Vanderson’s momentum from the previous game carried him to a 4-0 lead in game 2. Jose needed a new strategy and he started to use different lob serves to get some points off Shane. Rojas was able to string some points together this way and kept mixing up his serves which kept Shane guessing. Even though he was down 4-0, Jose went on a 6-0 run and started to put the pressure back on his opponent. Shane skipped a lot of balls as this match went on and could not seem to get his first serve into play. A short run at the end of this game was not enough for Shane as Jose fired back at him with an 11-9 win.

Jose wanted to keep the momentum in his favor. He did just about everything to keep the point alive and to keep the pressure on Vanderson. He showed a tremendous amount of effort and the audience could tell that he wanted to end this match quickly. The two players battled in this game and it was very close. Rojas used his timeouts very effectively and was able to regroup and take this game, 11-8.

Shane did not want this match to end in four games. He dug deep to keep this match going and showed just how good of a player he can be. He took control of this game by keeping Jose out of center court. His serves kept Rojas on defense and he knew that he had to make Jose shoot from deep court. Rojas was getting upset with a few calls from Charlie Pratt, but he seemed to get over them easily. This game was all tied up a 9. Even though Jose caught a lucky break on a ball to the right side, Vanderson was able to take this game, 12-10.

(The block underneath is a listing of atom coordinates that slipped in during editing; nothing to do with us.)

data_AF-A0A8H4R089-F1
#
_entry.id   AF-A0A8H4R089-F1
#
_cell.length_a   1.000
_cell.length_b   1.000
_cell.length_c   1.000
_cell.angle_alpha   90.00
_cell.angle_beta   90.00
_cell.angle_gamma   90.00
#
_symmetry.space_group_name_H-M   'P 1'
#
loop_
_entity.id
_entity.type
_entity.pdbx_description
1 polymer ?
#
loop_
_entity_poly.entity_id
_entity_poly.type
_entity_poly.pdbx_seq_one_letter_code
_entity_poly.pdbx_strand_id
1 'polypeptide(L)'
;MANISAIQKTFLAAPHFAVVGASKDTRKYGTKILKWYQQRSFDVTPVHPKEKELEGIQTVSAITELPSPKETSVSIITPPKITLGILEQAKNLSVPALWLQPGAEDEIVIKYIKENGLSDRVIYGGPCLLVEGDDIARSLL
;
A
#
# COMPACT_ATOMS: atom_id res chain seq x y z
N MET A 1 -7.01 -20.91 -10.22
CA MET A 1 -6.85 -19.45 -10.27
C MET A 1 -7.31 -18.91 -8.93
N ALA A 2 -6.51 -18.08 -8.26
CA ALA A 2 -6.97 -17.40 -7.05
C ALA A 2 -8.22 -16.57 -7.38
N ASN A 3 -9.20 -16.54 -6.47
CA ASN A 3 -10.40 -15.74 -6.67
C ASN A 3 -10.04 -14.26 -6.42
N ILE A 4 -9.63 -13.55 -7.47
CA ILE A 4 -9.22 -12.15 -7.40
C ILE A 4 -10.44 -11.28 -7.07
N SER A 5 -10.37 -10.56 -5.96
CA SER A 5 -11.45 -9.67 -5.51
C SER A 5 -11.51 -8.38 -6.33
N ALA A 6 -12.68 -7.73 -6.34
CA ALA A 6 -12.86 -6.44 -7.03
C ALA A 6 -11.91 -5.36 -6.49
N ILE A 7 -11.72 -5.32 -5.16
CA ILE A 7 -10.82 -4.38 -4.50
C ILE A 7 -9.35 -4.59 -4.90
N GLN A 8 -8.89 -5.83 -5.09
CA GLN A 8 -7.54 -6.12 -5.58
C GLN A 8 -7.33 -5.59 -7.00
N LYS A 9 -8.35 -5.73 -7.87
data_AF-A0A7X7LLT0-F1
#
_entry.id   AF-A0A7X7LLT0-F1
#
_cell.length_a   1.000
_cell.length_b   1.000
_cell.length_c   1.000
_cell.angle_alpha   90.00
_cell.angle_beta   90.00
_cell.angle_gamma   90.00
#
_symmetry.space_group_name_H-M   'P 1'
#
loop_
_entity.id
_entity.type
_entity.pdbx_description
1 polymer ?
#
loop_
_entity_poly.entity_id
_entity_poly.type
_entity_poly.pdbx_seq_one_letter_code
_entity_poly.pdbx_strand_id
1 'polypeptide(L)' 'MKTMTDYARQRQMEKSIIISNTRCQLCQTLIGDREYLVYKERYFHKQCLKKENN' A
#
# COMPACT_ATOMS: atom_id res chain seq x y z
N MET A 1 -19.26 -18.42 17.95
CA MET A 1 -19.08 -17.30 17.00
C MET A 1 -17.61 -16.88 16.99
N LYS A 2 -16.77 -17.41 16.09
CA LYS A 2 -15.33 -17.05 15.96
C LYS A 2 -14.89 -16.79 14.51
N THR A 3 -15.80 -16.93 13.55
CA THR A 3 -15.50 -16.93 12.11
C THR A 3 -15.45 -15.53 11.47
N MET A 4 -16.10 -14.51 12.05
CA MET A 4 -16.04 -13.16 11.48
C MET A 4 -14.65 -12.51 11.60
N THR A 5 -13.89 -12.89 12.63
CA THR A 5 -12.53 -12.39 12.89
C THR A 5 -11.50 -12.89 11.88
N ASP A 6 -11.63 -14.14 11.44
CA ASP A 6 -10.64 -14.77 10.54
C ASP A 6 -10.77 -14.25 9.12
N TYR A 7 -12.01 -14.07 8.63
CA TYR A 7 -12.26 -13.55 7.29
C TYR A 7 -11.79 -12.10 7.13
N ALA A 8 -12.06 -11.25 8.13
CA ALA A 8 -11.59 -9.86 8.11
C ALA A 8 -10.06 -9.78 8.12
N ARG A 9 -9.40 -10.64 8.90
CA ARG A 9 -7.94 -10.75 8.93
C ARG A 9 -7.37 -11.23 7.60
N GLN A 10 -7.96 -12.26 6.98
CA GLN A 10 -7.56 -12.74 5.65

It finally came down to a tiebreaker. It was such an intense match up until this point and both players put forth incredible effort and provided a great show for all the spectators. Shane knew that he needed to start out strong and he lived up to that expectation. Jose left a lot of shots up which ultimately led to a 4-0 lead for Vanderson. Even after a smart timeout call by Rojas, Vanderson was still able to maintain control and got a 6-1 lead. The audience was hoping for a miraculous comeback, but Jose could not pull it off and ended up losing an hard fought match to Shane, 11-4.

Round of 16’s Results:

#1 Kane Waselenchuk d. Alex Ackermann 2, 0, 4

#8 Ben Croft d #9 Andy Hawthorne 7, 5, 6

#4 Jose Rojas d #20 Marco Rojas 4, 8, 5

#3 Alvaro Beltran d #19 Jansen Allen (7), 3, 9, 7

#6 Tony Carson d #11 Anthony Herrea 3, 4, 6

#7 Chris Crowther d #10 Charlie Pratt (7), 5, 4, 9

#2 Rocky Carson d #18 Felipe Camacho 2, 9, 1

The Round of 16s starts at 10 a.m. EDT today, with 2011 Red Swain Shootout finalist, #7 seed Chris Crowther facing #10 seed  Charlie Pratt and #2 Rocky Carson pitted against #18 Felipe Camacho.

At 11 a.m. EDT, #9 Andy Hawthorne, who took out former top pro #25 Mitch Williams (who has stepped out of retirement for the last two tournaments) will meet #8 Ben Croft, who is looking to recoup after an early exit from the U.S. Open. At the same time, #16 Alex Ackerman, the upstart who delivered early round U.S. Open upsets to Croft and Anthony Herrera, faces 2011 Red Swain Shootout Champion, #1 Kane Waselenchuk.

At noon, the second Round of 16 matches sees #3 Alvaro Beltran, who achieved the #3 ranking after his U.S. Open semifinal finish, facing #19 seed Jansen Allen, who pushed through the draw with a Round of 32 WBF against #14 Juan Herrera. Also playing are #11 seed Anthony Herrera and #6 Tony Carson, who did not have to qualify for the pro draw after his quarterfinal finish at the big show in Minneapolis earned him the #8 IRT ranking.

At 1 p.m. EDT, hard-hitting #5 seed Shane Vanderson faces showman #12 seed Javier Moreno and #4 Jose Rojas battles his brother, #20 Marco Rojas, who defeated local favorite #13 seed Brad Schopieray .

Red Swain Shootout Preview